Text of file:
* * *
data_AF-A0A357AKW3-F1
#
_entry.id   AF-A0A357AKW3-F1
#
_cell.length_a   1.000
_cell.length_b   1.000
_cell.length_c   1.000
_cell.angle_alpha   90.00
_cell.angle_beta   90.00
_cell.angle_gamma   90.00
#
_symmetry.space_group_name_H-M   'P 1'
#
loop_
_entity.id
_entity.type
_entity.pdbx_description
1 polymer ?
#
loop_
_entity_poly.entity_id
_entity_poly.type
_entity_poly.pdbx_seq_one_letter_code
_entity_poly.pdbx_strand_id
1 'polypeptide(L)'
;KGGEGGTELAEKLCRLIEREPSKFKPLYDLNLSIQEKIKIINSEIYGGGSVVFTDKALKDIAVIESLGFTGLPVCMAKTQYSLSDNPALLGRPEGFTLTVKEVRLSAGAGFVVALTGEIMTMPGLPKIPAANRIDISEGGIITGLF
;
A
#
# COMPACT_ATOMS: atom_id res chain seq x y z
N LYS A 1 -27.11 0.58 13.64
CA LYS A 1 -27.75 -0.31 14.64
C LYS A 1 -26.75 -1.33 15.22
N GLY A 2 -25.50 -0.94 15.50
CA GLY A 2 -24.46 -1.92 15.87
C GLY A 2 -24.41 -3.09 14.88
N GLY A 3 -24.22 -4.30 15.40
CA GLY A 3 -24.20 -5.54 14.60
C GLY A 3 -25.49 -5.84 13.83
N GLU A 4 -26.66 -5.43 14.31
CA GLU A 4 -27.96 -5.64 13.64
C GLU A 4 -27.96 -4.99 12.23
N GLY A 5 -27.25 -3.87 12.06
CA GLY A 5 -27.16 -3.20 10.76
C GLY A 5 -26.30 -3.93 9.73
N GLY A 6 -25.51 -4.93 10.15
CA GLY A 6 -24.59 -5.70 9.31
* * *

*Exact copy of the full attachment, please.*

data_AF-A0A357AKW3-F1
#
_entry.id   AF-A0A357AKW3-F1
#
_cell.length_a   1.000
_cell.length_b   1.000
_cell.length_c   1.000
_cell.angle_alpha   90.00
_cell.angle_beta   90.00
_cell.angle_gamma   90.00
#
_symmetry.space_group_name_H-M   'P 1'
#
loop_
_entity.id
_entity.type
_entity.pdbx_description
1 polymer ?
#
loop_
_entity_poly.entity_id
_entity_poly.type
_entity_poly.pdbx_seq_one_letter_code
_entity_poly.pdbx_strand_id
1 'polypeptide(L)'
;KGGEGGTELAEKLCRLIEREPSKFKPLYDLNLSIQEKIKIINSEIYGGGSVVFTDKALKDIAVIESLGFTGLPVCMAKTQYSLSDNPALLGRPEGFTLTVKEVRLSAGAGFVVALTGEIMTMPGLPKIPAANRIDISEGGIITGLF
;
A
#
# COMPACT_ATOMS: atom_id res chain seq x y z
N LYS A 1 -27.11 0.58 13.64
CA LYS A 1 -27.75 -0.31 14.64
C LYS A 1 -26.75 -1.33 15.22
N GLY A 2 -25.50 -0.94 15.50
CA GLY A 2 -24.46 -1.92 15.87
C GLY A 2 -24.41 -3.09 14.88
N GLY A 3 -24.22 -4.30 15.40
CA GLY A 3 -24.20 -5.54 14.60
C GLY A 3 -25.49 -5.84 13.83
N GLU A 4 -26.66 -5.43 14.31
CA GLU A 4 -27.96 -5.64 13.64
C GLU A 4 -27.96 -4.99 12.23
N GLY A 5 -27.25 -3.87 12.06
CA GLY A 5 -27.16 -3.20 10.76
C GLY A 5 -26.30 -3.93 9.73
N GLY A 6 -25.51 -4.93 10.15
CA GLY A 6 -24.59 -5.70 9.31